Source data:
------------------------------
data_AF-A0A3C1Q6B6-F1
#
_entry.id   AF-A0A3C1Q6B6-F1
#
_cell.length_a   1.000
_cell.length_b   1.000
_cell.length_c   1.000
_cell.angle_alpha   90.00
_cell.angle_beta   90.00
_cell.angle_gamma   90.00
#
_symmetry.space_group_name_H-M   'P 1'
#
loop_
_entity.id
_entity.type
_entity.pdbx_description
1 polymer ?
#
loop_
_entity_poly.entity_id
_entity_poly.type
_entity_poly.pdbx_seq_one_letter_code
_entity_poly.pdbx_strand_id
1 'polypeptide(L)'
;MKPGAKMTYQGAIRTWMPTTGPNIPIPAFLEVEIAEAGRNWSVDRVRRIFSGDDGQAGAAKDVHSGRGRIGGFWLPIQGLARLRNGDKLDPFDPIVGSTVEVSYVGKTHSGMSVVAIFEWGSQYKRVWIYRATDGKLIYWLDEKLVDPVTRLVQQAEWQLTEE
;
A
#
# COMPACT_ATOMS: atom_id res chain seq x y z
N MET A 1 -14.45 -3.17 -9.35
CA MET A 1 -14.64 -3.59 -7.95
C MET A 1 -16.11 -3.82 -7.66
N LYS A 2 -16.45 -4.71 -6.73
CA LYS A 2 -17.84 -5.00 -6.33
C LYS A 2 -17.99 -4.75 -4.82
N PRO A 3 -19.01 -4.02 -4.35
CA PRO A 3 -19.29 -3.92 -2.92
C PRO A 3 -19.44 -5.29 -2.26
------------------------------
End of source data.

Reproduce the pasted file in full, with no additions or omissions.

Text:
data_AF-A0A3C1Q6B6-F1
#
_entry.id   AF-A0A3C1Q6B6-F1
#
_cell.length_a   1.000
_cell.length_b   1.000
_cell.length_c   1.000
_cell.angle_alpha   90.00
_cell.angle_beta   90.00
_cell.angle_gamma   90.00
#
_symmetry.space_group_name_H-M   'P 1'
#
loop_
_entity.id
_entity.type
_entity.pdbx_description
1 polymer ?
#
loop_
_entity_poly.entity_id
_entity_poly.type
_entity_poly.pdbx_seq_one_letter_code
_entity_poly.pdbx_strand_id
1 'polypeptide(L)'
;MKPGAKMTYQGAIRTWMPTTGPNIPIPAFLEVEIAEAGRNWSVDRVRRIFSGDDGQAGAAKDVHSGRGRIGGFWLPIQGLARLRNGDKLDPFDPIVGSTVEVSYVGKTHSGMSVVAIFEWGSQYKRVWIYRATDGKLIYWLDEKLVDPVTRLVQQAEWQLTEE
;
A
#
# COMPACT_ATOMS: atom_id res chain seq x y z
N MET A 1 -14.45 -3.17 -9.35
CA MET A 1 -14.64 -3.59 -7.95
C MET A 1 -16.11 -3.82 -7.66
N LYS A 2 -16.45 -4.71 -6.73
CA LYS A 2 -17.84 -5.00 -6.33
C LYS A 2 -17.99 -4.75 -4.82
N PRO A 3 -19.01 -4.02 -4.35
CA PRO A 3 -19.29 -3.92 -2.92
C PRO A 3 -19.44 -5.29 -2.26